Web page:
In January 2023, the Dhaka South City Corporation (DSCC) began rebuilding the traffic divider by cutting down trees on Sat Masjid Road in Dhanmondi. The traffic divider on Sat Masjid Road contained over 650 trees under the area jurisdiction of DSCC. About 600 of these trees were brutally felled in the dark of night. This has happened under a so-called “beautification” project without local consultation and in the face of mounting community and citizen protests.
Dhanmondi has always been an important part of the Dhaka. Renowned for being a comparatively green oasis in a concrete jungle starving for foliage, clean air, and refuge from pollution. The 2.6 km stretch of Satmasjid Road is a significant road in the capital through a busy residential and commercial district. To the rickshaw pullers and pedestrians that ply this road every day, the trees were their only protectors from the scorching sun.
In response to the destruction, the residents of Dhanmondi mobilised, holding night protests and daily human chains to protect what trees remained. Despite the public demonstrations, DSCC continued to forge ahead with the project.
According to Dhaka South City Corporation authorities, widening the road dividers was only possible by cutting the trees, and instead, flowering bushes would be planted in their place. This highlights a contradiction between the authority and the residents regarding the concept of “beauty” and “development.”
On May 8, Bangladesh Environmental Lawyers Association (BELA) organised a press conference, following which a delegation of nearly 70 activists and media marched on Nagar Bhaban (City Hall) to the Mayor’s office to hand him a letter detailing our demands. He was predictably absent.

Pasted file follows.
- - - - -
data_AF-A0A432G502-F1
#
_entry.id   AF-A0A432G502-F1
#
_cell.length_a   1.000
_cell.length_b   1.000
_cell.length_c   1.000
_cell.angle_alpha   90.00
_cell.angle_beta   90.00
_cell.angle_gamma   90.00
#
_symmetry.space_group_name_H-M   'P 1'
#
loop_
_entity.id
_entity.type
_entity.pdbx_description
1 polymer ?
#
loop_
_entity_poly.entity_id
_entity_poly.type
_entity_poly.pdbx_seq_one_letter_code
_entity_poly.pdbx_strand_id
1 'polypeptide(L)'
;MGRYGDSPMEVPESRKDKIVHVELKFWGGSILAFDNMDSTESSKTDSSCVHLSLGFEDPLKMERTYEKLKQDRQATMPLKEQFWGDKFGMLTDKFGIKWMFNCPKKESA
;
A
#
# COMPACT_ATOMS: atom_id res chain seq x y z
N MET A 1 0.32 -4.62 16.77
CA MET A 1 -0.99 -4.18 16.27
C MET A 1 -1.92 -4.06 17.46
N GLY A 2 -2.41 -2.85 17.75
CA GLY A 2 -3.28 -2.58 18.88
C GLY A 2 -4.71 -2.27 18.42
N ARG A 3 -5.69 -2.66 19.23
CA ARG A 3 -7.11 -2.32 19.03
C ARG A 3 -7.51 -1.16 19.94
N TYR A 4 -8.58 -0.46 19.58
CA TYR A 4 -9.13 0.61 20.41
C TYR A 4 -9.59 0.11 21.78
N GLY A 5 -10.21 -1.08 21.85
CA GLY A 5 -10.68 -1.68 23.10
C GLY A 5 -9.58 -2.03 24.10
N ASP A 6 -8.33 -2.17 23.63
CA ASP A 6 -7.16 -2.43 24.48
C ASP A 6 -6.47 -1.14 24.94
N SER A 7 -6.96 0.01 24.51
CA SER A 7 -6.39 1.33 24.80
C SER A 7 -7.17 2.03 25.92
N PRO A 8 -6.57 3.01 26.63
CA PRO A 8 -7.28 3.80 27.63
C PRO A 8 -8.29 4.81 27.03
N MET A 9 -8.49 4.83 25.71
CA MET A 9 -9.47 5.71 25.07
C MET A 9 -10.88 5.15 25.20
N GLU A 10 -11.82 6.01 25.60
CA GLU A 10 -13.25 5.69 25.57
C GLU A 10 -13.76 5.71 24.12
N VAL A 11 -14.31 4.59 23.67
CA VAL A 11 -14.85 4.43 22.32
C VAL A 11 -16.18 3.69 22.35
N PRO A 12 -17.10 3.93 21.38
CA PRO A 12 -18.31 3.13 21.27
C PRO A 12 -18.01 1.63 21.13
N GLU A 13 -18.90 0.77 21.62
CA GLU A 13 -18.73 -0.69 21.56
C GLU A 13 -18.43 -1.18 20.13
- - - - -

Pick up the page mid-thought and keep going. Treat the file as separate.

May 21, BELA and civil society mobilised again, this time marching towards the Dhaka South City Corporation headquarters, calling on Mayor Taposh to cease the destruction of trees on Sat Mashjid Road and revegetate the area that has been felled with native species. The peaceful protest was met with a police barricade, and Mayor Taposh was again absent.
Mayor Taposh has since spoken to reporters and apologised that his development agenda had “hurt people’s feelings.” This was followed by reports of him making threatening remarks about civil society members participating in the demonstrations, including saying they would be thrown in the black waters of the Buriganga river.
BELA has condemned Mayor Taposh’s comments. Syeda Rizwana Hasan, Chief Executive of BELA told The Daily Star, “We denounce such unthoughtful, insensitive, profit-seeking, and short-sighted development. This is destruction and not development.” She has also urged the Mayor to come to the field and see for himself.
BELA and the Dhanmondi community have pledged to continue the struggle until all trees on Sat Mashjid Road are protected.